Around 1819 Lewis was the hidden player inside the Turk (a famous automaton), meeting all-comers successfully. He suggested to Johann Maelzel that Peter Unger Williams, a fellow ex-student of Sarratt, should be the next person to operate inside the machine. When P. U. Williams played a game against the Turk, Lewis recognised the old friend from his style of play (the operator could not see his opponents) and convinced Maelzel to reveal to Williams the secret of the Turk. Later, P. U. Williams himself took Lewis’ place inside the machine.[3]

Lewis visited Paris along with Scottish player John Cochrane in 1821, where they played with Alexandre Deschapelles, receiving the advantage of pawn and move. He won the short match (+1 =2).[4]

Lewis’ career as an author began at this time, and included translations of the works of Greco and Carrera, published in 1819[5] and 1822[6] respectively.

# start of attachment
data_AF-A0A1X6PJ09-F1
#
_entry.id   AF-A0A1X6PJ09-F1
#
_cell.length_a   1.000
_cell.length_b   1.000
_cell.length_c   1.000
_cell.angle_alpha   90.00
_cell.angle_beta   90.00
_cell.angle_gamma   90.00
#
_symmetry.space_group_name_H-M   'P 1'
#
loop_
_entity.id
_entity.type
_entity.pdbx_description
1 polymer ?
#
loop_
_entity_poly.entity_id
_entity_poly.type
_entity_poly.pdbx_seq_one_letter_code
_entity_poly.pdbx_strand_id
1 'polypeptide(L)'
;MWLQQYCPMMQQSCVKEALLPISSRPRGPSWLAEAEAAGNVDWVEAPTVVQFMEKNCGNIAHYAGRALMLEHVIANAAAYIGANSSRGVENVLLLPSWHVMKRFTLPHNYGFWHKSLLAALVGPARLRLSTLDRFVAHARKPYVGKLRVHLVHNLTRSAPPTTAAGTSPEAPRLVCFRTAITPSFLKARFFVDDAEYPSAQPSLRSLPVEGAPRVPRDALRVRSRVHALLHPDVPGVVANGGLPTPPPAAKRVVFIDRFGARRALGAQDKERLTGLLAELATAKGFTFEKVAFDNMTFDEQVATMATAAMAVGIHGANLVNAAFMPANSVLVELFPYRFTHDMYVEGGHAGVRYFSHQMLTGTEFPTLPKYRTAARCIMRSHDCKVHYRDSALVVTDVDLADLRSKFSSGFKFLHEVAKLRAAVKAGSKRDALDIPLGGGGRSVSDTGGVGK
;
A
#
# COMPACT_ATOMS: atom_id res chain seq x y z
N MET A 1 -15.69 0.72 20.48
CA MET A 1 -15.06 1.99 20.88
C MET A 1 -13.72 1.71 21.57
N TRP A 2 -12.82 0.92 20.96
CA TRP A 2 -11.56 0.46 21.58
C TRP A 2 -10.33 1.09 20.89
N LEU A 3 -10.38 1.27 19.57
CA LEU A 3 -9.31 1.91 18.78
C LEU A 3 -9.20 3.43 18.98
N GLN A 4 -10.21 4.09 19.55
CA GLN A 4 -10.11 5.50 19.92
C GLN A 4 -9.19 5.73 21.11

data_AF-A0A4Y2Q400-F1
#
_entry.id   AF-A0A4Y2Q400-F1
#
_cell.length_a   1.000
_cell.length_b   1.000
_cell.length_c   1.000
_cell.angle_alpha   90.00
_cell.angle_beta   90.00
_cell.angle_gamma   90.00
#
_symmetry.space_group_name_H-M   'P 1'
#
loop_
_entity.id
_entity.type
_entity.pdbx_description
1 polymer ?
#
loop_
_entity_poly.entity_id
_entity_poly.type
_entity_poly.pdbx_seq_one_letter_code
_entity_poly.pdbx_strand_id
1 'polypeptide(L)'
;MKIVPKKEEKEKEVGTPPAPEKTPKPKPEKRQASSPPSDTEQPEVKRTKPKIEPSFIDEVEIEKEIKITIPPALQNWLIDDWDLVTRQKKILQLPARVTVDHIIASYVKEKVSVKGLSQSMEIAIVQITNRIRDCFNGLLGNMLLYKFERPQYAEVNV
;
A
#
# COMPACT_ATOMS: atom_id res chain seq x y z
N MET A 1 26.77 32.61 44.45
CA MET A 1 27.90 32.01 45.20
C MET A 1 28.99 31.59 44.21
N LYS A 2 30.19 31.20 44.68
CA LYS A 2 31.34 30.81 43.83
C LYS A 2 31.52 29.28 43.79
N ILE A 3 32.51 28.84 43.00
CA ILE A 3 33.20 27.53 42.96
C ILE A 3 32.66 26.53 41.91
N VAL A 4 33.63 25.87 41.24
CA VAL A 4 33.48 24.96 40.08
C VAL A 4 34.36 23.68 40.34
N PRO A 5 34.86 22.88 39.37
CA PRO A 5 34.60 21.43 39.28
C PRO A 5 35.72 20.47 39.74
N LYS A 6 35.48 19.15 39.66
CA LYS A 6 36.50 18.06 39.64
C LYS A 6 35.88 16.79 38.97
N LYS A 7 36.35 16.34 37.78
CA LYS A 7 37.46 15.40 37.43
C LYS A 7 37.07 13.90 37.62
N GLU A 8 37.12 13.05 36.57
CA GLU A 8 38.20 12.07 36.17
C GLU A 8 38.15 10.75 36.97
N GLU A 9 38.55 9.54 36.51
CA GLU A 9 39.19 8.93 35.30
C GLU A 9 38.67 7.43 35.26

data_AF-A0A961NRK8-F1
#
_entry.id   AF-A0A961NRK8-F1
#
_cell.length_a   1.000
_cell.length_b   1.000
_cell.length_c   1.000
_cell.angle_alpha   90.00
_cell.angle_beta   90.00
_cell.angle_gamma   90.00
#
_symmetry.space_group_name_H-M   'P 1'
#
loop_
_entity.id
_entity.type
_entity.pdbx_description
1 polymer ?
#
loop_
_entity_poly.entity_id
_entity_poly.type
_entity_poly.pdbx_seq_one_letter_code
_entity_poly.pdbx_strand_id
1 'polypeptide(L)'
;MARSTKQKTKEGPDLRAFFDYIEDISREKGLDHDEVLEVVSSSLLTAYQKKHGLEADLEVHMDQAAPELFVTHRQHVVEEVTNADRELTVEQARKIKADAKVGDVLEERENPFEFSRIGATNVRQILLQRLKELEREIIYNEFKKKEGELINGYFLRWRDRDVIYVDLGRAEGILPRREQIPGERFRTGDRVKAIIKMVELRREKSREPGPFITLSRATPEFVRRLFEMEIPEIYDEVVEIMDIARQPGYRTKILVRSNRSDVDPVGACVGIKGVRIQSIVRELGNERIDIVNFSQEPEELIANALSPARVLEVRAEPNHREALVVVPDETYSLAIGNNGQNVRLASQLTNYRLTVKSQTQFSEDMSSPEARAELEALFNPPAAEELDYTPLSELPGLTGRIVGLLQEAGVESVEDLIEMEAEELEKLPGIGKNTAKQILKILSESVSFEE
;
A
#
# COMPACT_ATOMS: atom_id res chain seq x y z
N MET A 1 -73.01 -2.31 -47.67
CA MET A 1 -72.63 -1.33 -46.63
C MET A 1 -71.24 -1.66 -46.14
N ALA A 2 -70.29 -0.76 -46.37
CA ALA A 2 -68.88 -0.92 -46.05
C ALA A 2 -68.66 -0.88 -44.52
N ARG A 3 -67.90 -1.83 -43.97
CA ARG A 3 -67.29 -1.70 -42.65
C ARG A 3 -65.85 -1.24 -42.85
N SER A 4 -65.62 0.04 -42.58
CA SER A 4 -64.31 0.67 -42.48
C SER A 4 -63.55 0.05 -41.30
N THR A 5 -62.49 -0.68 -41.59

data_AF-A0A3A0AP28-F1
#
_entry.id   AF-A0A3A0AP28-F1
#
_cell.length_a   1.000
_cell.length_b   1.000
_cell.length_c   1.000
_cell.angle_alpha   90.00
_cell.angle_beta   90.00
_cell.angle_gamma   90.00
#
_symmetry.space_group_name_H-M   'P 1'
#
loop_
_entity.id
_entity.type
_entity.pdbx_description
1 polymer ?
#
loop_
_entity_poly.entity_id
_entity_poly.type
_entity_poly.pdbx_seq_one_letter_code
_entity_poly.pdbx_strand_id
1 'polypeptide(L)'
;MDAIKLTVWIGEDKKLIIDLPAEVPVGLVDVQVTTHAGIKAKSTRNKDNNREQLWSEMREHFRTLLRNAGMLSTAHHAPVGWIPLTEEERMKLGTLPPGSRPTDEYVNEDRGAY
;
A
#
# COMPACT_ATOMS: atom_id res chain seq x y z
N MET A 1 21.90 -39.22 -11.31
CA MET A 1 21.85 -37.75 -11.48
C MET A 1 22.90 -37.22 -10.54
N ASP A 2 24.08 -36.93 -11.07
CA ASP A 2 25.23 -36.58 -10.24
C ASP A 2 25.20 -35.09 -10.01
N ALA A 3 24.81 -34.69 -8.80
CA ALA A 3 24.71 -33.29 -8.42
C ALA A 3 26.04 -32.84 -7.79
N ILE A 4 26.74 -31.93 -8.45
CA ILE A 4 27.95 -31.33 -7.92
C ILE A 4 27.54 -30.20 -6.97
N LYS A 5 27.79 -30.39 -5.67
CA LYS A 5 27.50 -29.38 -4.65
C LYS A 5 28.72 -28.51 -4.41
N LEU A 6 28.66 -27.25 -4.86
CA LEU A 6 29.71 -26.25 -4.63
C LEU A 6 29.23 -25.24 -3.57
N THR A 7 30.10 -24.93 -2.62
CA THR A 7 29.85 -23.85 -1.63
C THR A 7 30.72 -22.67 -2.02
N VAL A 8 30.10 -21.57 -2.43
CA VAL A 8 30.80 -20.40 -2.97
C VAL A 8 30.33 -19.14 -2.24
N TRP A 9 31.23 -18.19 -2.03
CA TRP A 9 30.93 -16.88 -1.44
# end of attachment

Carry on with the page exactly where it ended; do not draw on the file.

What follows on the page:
He was the leading English player in the correspondence match between London and Edinburgh in 1824, won by the Scots (+2 = 2 -1). Later, he published a book on the match with analysis of the games.[7] In the period of 1834–36 he was also part of the Committee of the Westminster Chess Club, who played and lost (−2) the match by correspondence with the Paris Chess Club. The other players were his students McDonnell and Walker, while the French line up included Boncourt, Alexandre, St. Amant and Chamouillet.[8] When De La Bourdonnais visited England in 1825, Lewis played about 70 games with the French master. Seven of these games probably represented a match that Lewis lost (+2 -5).[9]